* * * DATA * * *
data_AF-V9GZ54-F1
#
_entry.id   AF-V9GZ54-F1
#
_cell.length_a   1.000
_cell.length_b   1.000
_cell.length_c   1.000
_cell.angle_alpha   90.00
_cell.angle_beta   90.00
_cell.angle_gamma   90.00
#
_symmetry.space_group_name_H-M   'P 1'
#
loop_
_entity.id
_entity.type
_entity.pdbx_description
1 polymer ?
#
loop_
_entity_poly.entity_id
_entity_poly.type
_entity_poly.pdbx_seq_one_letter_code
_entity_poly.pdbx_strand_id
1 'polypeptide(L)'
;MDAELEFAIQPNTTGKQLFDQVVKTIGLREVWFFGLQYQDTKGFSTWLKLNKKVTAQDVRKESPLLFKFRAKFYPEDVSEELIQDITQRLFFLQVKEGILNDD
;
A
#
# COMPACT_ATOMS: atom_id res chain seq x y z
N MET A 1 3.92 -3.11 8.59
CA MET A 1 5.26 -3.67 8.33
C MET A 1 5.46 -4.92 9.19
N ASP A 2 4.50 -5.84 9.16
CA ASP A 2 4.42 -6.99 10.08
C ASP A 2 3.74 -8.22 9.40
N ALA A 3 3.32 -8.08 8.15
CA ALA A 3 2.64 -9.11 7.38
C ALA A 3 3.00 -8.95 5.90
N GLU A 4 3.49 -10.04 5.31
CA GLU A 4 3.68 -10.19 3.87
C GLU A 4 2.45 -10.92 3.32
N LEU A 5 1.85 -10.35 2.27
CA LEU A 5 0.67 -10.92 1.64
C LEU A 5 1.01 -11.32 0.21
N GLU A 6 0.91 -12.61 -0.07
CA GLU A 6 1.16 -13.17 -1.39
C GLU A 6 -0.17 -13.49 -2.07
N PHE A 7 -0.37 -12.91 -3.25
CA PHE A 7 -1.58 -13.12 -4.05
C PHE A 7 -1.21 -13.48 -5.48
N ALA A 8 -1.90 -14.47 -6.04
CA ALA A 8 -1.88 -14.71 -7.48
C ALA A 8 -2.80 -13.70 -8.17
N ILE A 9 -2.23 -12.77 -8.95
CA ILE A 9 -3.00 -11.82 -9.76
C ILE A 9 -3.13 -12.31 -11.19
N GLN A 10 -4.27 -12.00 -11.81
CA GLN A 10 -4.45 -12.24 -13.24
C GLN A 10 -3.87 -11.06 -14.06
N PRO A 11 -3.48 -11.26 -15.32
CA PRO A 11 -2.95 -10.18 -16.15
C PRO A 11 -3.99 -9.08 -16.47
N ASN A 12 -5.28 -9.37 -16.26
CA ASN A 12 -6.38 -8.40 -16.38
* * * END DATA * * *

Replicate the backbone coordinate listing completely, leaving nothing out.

data_AF-V9GZ54-F1
#
_entry.id   AF-V9GZ54-F1
#
_cell.length_a   1.000
_cell.length_b   1.000
_cell.length_c   1.000
_cell.angle_alpha   90.00
_cell.angle_beta   90.00
_cell.angle_gamma   90.00
#
_symmetry.space_group_name_H-M   'P 1'
#
loop_
_entity.id
_entity.type
_entity.pdbx_description
1 polymer ?
#
loop_
_entity_poly.entity_id
_entity_poly.type
_entity_poly.pdbx_seq_one_letter_code
_entity_poly.pdbx_strand_id
1 'polypeptide(L)'
;MDAELEFAIQPNTTGKQLFDQVVKTIGLREVWFFGLQYQDTKGFSTWLKLNKKVTAQDVRKESPLLFKFRAKFYPEDVSEELIQDITQRLFFLQVKEGILNDD
;
A
#
# COMPACT_ATOMS: atom_id res chain seq x y z
N MET A 1 3.92 -3.11 8.59
CA MET A 1 5.26 -3.67 8.33
C MET A 1 5.46 -4.92 9.19
N ASP A 2 4.50 -5.84 9.16
CA ASP A 2 4.42 -6.99 10.08
C ASP A 2 3.74 -8.22 9.40
N ALA A 3 3.32 -8.08 8.15
CA ALA A 3 2.64 -9.11 7.38
C ALA A 3 3.00 -8.95 5.90
N GLU A 4 3.49 -10.04 5.31
CA GLU A 4 3.68 -10.19 3.87
C GLU A 4 2.45 -10.92 3.32
N LEU A 5 1.85 -10.35 2.27
CA LEU A 5 0.67 -10.92 1.64
C LEU A 5 1.01 -11.32 0.21
N GLU A 6 0.91 -12.61 -0.07
CA GLU A 6 1.16 -13.17 -1.39
C GLU A 6 -0.17 -13.49 -2.07
N PHE A 7 -0.37 -12.91 -3.25
CA PHE A 7 -1.58 -13.12 -4.05
C PHE A 7 -1.21 -13.48 -5.48
N ALA A 8 -1.90 -14.47 -6.04
CA ALA A 8 -1.88 -14.71 -7.48
C ALA A 8 -2.80 -13.70 -8.17
N ILE A 9 -2.23 -12.77 -8.95
CA ILE A 9 -3.00 -11.82 -9.76
C ILE A 9 -3.13 -12.31 -11.19
N GLN A 10 -4.27 -12.00 -11.81
CA GLN A 10 -4.45 -12.24 -13.24
C GLN A 10 -3.87 -11.06 -14.06
N PRO A 11 -3.48 -11.26 -15.32
CA PRO A 11 -2.95 -10.18 -16.15
C PRO A 11 -3.99 -9.08 -16.47
N ASN A 12 -5.28 -9.37 -16.26
CA ASN A 12 -6.38 -8.40 -16.38